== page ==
Monday, 11 July 2011

Onanistic Paradoxes

Have been thinking lately about the seeming paradoxes of Christian belief.  I think that for someone like me who quite likes to be right the temptation is to confuse having or not having correct theology as the defining feature of the true Christian.  Clearly, having correct theology is not identical to knowing Christ, which is both the condition for salvation and the spur to recognise Christ in the poor and dispossessed.  The paradox is that correct theology is also equally essential, in that to know Christ, but not know him as God the Son is not to know him; but likewise, to know him as the Son, but to not recognise him in those he explicitly encourages us to see him in is to not actually know him and - more importantly - to not be known by him.  There is a sense then in which an exhaustive knowledge of Christ theologically is structurally deficient (if not entirely spurious) insofar as that knowledge is not lived out in what can only be called 'good works'.  But this does not mean that one is saved by good works, but rather entirely by placing one's trust in Christ.  In fact, I would go as far as to suggest that there is something intellectually onanistic about the whole discussion so far, as though it were simply a case of striking the right balance rather than throwing oneself wholly in self-emptying trust upon the Son.  The truth is that one is neither saved by good works, nor by correct theology, but in trusting the Son; but this trusting of the Son is partly a product, and the result, of both.  This structural deficiency astounds me!  We are not saved by correct theology nor correct behaviour, but our knowing of Christ is not independent of the love we bear towards those Christ identifies with, to the point where in the parable of the sheep and the goats Jesus makes quite plain that he knows us only through our love toward those he identifies with.  Thus, to love Christ in a theologically correct way but not love the helpless with whom he identifies reveals our love to be a delusion in search of an idol, and our theology to be utterly bankrupt.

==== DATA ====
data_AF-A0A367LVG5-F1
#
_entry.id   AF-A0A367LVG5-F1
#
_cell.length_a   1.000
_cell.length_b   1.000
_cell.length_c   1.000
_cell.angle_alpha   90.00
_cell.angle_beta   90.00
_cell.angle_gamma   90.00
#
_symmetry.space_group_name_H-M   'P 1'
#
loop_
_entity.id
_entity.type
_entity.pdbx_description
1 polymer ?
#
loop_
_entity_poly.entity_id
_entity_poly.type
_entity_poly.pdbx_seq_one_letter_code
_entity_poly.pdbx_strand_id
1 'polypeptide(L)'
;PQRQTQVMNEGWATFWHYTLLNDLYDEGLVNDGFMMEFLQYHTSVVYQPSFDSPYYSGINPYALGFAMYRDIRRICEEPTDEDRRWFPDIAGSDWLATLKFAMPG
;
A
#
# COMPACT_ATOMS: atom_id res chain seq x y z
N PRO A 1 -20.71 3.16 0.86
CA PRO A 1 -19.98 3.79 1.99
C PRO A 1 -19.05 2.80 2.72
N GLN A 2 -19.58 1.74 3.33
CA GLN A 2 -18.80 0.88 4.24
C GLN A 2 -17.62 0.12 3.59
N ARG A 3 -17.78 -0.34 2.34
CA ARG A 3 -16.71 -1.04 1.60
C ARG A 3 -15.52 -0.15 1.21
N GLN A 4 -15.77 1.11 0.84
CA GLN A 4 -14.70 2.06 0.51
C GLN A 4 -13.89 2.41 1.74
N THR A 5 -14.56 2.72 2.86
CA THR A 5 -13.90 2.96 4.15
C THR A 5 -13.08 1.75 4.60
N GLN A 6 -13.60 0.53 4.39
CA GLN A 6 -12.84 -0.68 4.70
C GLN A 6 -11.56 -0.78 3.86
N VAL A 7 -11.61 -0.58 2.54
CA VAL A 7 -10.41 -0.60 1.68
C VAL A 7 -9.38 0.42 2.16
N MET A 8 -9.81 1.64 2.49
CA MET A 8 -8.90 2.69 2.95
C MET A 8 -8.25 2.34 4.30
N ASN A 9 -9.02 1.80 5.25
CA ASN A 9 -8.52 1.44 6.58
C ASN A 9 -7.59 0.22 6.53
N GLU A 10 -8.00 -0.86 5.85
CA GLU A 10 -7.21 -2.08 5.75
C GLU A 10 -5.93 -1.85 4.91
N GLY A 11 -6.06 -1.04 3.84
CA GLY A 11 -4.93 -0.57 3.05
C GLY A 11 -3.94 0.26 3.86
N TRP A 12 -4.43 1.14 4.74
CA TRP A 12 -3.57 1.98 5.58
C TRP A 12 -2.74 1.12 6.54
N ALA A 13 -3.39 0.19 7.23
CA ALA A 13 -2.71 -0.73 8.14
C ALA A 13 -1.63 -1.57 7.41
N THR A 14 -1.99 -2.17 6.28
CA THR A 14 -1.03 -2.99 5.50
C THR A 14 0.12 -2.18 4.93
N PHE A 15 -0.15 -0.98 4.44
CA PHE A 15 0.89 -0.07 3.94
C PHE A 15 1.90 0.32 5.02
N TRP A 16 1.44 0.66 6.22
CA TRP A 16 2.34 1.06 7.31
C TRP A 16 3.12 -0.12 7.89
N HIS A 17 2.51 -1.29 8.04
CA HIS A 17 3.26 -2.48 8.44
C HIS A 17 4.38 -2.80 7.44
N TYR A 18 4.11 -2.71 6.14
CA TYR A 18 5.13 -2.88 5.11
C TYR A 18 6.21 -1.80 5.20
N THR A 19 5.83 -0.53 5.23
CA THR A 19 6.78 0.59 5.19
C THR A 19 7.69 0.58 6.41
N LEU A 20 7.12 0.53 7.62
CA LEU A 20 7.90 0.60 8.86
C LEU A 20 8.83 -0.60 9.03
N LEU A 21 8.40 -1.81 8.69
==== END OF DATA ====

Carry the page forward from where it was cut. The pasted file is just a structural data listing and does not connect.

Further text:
Bad Christian practice can be said in one way to be the result of bad theology, just as likewise bad theology is the result of bad practice, but focusing on either or both as an alternative to throwing oneself upon Christ is what makes them onanistic.